clearings…' In the last stanza of the poem the poet is seen very tensed and
worried. Though by this stanza the poem is about to be fully composed yet at the
same time it expresses an almost predatory thrill; it is as though the fox has
successfully been lured into a hunter's trap. The final line-'the page is
printed'-explains the defenseless death of the ‘thoughtfox’. Towards the end of
the poem, the fox is completely and immediately alive; this is because it has been pinned so artfully upon the page. And the
moment any reader reads the poem the fox is alive and walks in the head of the
readers. Richard Webster says that in the poem there is an impulse which
underlies throughout it is an urge towards which Hughes has himself drawn
attention by repeatedly comparing the act of poetic creation to the process of
capturing or killing small animals. According to the critic in the last stanza
poet is seen as playing a kind of imaginative game in which he attempts to
outstare the fox looking straight into its eyes as it comes closer and closer
and refusing to move, refusing to recoil. Similarly even the fox itself does not
shy away or deviate from its course. It is almost as though, in doing this fox
has successfully proved that though it was initially nervous, circumspect, and
as soft and delicate as the dark snow, it is not 'feminine' after all but tough,
manly and sturdy willed and brilliant, that its presence can be accepted by the
poet without anxiety. The beautiful 'final' nature of the poem allegorically
indicates that poets are not in the presence of any untrained spontaneity, any
primitive or naive vision. It might be suggested that the sensibility behind
Hughes's poem is intellectual, his poems are sort of rebellion against his own
ascetic rationalism that is the reason he feels which drives him to hunt down
and capture an element for his own sensual and intuitive identity which he does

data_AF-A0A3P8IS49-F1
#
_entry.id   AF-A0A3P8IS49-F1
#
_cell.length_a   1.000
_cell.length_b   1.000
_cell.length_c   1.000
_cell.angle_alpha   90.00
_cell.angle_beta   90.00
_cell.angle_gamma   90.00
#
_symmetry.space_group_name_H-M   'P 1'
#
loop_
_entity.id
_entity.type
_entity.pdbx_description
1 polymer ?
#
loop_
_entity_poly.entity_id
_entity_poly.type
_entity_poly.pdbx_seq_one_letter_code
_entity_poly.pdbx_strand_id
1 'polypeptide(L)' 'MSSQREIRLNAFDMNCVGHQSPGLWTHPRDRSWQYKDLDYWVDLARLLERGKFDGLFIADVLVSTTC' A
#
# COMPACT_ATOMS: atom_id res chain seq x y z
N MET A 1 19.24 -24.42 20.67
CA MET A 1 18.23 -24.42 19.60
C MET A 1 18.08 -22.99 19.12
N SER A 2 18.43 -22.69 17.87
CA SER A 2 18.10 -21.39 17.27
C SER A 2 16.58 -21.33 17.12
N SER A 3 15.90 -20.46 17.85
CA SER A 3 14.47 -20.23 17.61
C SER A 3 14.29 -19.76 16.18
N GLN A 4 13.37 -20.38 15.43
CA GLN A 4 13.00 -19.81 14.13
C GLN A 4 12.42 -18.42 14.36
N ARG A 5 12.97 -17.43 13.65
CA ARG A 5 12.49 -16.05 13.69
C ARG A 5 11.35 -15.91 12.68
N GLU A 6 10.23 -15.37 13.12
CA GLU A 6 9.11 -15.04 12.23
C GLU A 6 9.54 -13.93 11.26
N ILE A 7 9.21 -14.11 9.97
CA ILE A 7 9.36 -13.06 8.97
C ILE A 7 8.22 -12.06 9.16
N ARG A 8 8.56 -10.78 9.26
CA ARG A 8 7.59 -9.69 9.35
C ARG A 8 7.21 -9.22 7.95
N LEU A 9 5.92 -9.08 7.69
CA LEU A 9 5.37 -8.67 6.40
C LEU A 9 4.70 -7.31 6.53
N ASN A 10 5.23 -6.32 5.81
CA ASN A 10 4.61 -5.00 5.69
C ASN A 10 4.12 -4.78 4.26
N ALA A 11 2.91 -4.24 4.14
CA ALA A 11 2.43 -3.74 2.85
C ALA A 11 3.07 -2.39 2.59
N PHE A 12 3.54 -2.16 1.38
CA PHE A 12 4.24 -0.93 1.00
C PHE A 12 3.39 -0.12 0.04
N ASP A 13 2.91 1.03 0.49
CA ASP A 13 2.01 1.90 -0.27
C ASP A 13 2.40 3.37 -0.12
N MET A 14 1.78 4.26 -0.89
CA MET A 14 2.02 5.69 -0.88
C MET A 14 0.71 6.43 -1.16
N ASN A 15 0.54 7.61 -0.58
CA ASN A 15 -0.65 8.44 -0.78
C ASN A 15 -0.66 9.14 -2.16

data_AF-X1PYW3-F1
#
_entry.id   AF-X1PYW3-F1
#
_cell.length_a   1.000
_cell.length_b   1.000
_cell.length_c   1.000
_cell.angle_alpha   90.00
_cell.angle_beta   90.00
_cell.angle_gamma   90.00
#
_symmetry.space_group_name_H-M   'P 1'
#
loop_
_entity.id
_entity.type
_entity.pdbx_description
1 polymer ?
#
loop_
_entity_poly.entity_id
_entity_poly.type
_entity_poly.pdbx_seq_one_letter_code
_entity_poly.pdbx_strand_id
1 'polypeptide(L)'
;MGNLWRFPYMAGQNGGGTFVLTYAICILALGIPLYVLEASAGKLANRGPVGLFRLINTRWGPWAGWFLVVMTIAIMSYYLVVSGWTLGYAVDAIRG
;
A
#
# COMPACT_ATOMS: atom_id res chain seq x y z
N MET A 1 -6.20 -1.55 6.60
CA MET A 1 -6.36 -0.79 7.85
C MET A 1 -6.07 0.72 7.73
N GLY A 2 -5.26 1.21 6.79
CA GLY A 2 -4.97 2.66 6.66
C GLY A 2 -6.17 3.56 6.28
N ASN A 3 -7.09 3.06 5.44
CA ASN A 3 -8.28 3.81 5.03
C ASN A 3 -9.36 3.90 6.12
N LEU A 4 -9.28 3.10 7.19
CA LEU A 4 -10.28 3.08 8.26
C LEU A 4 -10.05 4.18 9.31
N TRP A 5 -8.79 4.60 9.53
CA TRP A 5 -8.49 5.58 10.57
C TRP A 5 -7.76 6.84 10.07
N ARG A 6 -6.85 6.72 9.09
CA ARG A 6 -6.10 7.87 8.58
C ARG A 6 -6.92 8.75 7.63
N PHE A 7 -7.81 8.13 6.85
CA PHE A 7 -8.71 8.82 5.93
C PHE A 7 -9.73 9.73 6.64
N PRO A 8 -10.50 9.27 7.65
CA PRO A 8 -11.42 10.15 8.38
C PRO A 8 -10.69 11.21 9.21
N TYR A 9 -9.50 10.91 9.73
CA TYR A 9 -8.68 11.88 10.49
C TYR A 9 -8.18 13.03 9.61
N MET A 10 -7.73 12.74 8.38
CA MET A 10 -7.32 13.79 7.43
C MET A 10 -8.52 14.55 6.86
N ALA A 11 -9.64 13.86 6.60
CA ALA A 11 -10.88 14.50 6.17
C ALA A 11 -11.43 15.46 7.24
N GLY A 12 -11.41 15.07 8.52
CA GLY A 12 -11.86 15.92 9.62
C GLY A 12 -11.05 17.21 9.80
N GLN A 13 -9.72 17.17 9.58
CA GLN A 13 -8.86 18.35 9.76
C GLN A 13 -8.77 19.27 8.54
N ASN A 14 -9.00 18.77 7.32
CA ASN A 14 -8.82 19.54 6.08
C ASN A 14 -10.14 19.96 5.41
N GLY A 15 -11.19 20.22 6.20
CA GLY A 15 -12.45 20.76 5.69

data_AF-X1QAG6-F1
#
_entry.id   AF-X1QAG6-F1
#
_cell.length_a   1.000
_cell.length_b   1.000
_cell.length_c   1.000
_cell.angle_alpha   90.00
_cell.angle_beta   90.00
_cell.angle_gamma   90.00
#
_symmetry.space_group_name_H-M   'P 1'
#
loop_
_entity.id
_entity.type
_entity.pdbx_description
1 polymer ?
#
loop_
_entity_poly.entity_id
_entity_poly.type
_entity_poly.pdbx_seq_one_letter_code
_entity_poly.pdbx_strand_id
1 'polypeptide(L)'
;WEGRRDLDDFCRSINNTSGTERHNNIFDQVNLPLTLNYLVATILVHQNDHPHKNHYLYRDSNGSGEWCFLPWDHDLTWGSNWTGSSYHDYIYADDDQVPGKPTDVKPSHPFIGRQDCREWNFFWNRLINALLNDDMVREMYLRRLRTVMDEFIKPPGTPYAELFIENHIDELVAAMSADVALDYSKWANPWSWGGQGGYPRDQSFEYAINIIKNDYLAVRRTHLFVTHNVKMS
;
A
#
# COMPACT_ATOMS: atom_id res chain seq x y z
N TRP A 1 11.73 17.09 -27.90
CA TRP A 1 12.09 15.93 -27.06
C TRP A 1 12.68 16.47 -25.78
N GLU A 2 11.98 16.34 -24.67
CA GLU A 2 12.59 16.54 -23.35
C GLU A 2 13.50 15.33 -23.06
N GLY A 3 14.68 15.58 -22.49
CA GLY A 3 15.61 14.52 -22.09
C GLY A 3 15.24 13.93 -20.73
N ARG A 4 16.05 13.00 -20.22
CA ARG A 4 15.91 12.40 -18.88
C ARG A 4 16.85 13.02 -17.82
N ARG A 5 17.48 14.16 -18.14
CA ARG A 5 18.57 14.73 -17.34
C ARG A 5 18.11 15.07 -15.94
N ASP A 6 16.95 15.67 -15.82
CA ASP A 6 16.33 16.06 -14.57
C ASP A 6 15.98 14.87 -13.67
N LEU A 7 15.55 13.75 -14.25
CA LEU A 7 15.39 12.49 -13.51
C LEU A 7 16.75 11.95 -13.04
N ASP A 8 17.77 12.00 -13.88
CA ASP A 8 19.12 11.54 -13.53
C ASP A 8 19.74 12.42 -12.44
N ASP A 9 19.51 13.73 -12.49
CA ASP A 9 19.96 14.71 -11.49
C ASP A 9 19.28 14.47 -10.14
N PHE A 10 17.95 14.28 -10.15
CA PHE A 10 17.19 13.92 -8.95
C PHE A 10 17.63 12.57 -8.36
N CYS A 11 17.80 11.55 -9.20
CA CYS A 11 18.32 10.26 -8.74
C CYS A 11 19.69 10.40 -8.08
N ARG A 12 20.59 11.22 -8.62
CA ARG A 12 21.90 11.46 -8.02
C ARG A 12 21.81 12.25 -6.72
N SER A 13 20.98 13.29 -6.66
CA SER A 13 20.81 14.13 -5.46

not securely possess. The conflict of sensibility which Hughes unconsciously
dramatizes in 'The Thought-Fox' runs through all his poetry. Towards the end of
the poem the Fox is not described as unshaped being but as a creature attracted
out of the darkness into full consciousness. Unlike earlier it is no longer
anxious and vulnerable, but at home in the lair of the head, safe from
extinction, perfectly, it’s being caught forever on the page. This entire
creation of the fox has allegorical significance. It can be understood in this
manner that the fox is the poem, and the poem is the fox however it does not
have the liberty of a wild animal. It cannot get up from the page and walk off
to hold its young cubs unnoticed by the poet neither it can die in mortal,
animal, style. P. R. King in Nine Contemporary Poets: A Critical Introduction,
remarks that Hughes's emphasis on wild creatures and his concern for them is a
clue to the importance the poet reserves of what animals symbolize in his work"
it also reflect that animals are superior to man in dominance of their rational
self. The publication of Lupercal (1960) won a Somerset Maugham Award in year
1960 and Hawthornden Prize the 1961. This sealed Hughes' reputation as a major
poet. This Collection includes many of his most popular representations of
animals including the Dangerous 'Pike'.
The poem is explained by the hunting